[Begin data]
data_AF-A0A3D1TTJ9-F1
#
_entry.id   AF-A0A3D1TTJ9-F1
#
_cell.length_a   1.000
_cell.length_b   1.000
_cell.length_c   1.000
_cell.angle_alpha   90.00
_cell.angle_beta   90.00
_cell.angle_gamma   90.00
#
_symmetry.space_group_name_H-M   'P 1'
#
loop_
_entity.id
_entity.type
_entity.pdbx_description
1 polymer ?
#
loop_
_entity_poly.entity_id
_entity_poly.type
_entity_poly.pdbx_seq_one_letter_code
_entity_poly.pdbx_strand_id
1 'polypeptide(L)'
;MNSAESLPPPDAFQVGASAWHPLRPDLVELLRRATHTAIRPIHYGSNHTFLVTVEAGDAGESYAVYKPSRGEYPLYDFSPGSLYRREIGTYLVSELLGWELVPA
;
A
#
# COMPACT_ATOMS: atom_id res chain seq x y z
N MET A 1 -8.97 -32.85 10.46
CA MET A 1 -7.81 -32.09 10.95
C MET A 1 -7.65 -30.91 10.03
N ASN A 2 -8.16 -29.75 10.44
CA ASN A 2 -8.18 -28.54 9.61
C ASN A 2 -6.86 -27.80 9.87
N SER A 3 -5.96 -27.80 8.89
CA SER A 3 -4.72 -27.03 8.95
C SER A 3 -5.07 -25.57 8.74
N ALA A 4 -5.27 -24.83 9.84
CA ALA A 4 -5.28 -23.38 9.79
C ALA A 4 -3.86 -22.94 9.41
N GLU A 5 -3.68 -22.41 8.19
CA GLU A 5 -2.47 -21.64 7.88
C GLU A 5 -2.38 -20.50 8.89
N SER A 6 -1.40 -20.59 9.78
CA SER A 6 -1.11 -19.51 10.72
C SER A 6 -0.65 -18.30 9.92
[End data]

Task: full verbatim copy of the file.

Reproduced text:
data_AF-A0A3D1TTJ9-F1
#
_entry.id   AF-A0A3D1TTJ9-F1
#
_cell.length_a   1.000
_cell.length_b   1.000
_cell.length_c   1.000
_cell.angle_alpha   90.00
_cell.angle_beta   90.00
_cell.angle_gamma   90.00
#
_symmetry.space_group_name_H-M   'P 1'
#
loop_
_entity.id
_entity.type
_entity.pdbx_description
1 polymer ?
#
loop_
_entity_poly.entity_id
_entity_poly.type
_entity_poly.pdbx_seq_one_letter_code
_entity_poly.pdbx_strand_id
1 'polypeptide(L)'
;MNSAESLPPPDAFQVGASAWHPLRPDLVELLRRATHTAIRPIHYGSNHTFLVTVEAGDAGESYAVYKPSRGEYPLYDFSPGSLYRREIGTYLVSELLGWELVPA
;
A
#
# COMPACT_ATOMS: atom_id res chain seq x y z
N MET A 1 -8.97 -32.85 10.46
CA MET A 1 -7.81 -32.09 10.95
C MET A 1 -7.65 -30.91 10.03
N ASN A 2 -8.16 -29.75 10.44
CA ASN A 2 -8.18 -28.54 9.61
C ASN A 2 -6.86 -27.80 9.87
N SER A 3 -5.96 -27.80 8.89
CA SER A 3 -4.72 -27.03 8.95
C SER A 3 -5.07 -25.57 8.74
N ALA A 4 -5.27 -24.83 9.84
CA ALA A 4 -5.28 -23.38 9.79
C ALA A 4 -3.86 -22.94 9.41
N GLU A 5 -3.68 -22.41 8.19
CA GLU A 5 -2.47 -21.64 7.88
C GLU A 5 -2.38 -20.50 8.89
N SER A 6 -1.40 -20.59 9.78
CA SER A 6 -1.11 -19.51 10.72
C SER A 6 -0.65 -18.30 9.92